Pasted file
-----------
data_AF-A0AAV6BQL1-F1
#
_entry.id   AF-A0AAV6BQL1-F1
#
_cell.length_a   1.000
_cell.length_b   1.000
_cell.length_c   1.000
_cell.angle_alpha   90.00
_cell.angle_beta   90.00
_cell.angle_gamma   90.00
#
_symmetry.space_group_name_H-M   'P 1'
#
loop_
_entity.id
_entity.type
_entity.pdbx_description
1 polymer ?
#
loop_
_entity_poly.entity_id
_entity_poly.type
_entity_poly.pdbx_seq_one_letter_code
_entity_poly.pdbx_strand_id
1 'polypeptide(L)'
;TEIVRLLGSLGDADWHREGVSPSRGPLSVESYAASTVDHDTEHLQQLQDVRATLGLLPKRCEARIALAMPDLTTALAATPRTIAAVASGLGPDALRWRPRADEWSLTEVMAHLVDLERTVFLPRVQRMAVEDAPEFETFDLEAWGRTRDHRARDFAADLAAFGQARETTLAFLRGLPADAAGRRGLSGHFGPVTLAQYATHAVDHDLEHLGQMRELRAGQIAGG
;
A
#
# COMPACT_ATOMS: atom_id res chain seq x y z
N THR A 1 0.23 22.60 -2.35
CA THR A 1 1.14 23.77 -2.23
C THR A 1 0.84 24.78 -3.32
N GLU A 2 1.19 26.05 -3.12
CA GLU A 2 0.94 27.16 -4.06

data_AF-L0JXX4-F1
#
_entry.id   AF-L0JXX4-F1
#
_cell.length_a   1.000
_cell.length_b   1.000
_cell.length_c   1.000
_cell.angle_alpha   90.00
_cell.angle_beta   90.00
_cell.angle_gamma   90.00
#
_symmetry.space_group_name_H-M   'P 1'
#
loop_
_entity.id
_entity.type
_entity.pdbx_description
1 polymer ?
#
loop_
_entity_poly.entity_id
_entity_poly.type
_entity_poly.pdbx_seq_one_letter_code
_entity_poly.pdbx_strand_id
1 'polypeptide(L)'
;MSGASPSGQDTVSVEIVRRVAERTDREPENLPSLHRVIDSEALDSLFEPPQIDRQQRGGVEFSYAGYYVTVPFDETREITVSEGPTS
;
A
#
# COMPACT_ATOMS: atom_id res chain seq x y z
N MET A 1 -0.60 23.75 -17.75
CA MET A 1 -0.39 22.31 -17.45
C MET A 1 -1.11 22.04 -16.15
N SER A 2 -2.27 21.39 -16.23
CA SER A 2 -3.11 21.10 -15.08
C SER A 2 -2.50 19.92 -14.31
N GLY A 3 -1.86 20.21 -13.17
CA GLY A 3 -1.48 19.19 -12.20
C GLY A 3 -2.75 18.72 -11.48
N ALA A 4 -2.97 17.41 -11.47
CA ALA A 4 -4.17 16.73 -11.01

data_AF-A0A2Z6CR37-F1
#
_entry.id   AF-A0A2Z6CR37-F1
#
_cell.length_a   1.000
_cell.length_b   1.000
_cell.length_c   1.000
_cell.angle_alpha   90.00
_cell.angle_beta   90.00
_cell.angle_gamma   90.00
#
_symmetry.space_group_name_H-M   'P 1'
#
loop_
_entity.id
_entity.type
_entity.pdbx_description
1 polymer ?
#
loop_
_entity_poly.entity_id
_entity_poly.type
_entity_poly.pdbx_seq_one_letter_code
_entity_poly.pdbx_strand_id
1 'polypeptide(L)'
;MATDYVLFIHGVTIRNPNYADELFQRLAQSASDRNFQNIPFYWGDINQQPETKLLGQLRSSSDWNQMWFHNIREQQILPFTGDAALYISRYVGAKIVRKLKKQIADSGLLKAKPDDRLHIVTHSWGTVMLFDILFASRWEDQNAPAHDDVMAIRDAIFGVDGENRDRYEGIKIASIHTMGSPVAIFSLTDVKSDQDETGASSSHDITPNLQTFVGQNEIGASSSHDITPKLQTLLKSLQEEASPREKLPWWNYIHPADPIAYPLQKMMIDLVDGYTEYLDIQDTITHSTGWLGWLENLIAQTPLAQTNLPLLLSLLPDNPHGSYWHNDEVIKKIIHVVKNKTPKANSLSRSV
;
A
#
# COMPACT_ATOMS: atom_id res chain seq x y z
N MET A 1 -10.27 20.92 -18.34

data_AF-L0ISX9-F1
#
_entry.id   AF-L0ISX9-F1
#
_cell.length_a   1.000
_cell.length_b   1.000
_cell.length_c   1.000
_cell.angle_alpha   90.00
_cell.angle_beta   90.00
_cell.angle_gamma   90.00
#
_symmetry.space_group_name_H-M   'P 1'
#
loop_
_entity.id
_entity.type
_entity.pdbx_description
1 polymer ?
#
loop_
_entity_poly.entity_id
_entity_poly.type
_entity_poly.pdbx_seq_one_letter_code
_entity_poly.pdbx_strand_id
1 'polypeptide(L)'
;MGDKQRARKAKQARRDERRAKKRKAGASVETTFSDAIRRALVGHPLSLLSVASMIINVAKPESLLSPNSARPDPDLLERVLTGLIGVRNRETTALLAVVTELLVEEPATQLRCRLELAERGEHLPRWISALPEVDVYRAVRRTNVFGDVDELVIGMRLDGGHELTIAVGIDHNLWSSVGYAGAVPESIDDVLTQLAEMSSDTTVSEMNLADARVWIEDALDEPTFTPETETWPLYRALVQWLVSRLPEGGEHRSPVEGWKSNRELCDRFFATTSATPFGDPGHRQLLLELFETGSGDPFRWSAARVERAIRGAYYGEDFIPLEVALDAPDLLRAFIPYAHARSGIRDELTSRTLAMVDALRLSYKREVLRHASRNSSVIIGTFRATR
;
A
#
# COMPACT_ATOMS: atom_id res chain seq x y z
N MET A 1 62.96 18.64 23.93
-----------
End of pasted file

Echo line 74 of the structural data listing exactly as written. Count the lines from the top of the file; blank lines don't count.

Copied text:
C GLY A 3 -2.75 18.72 -11.48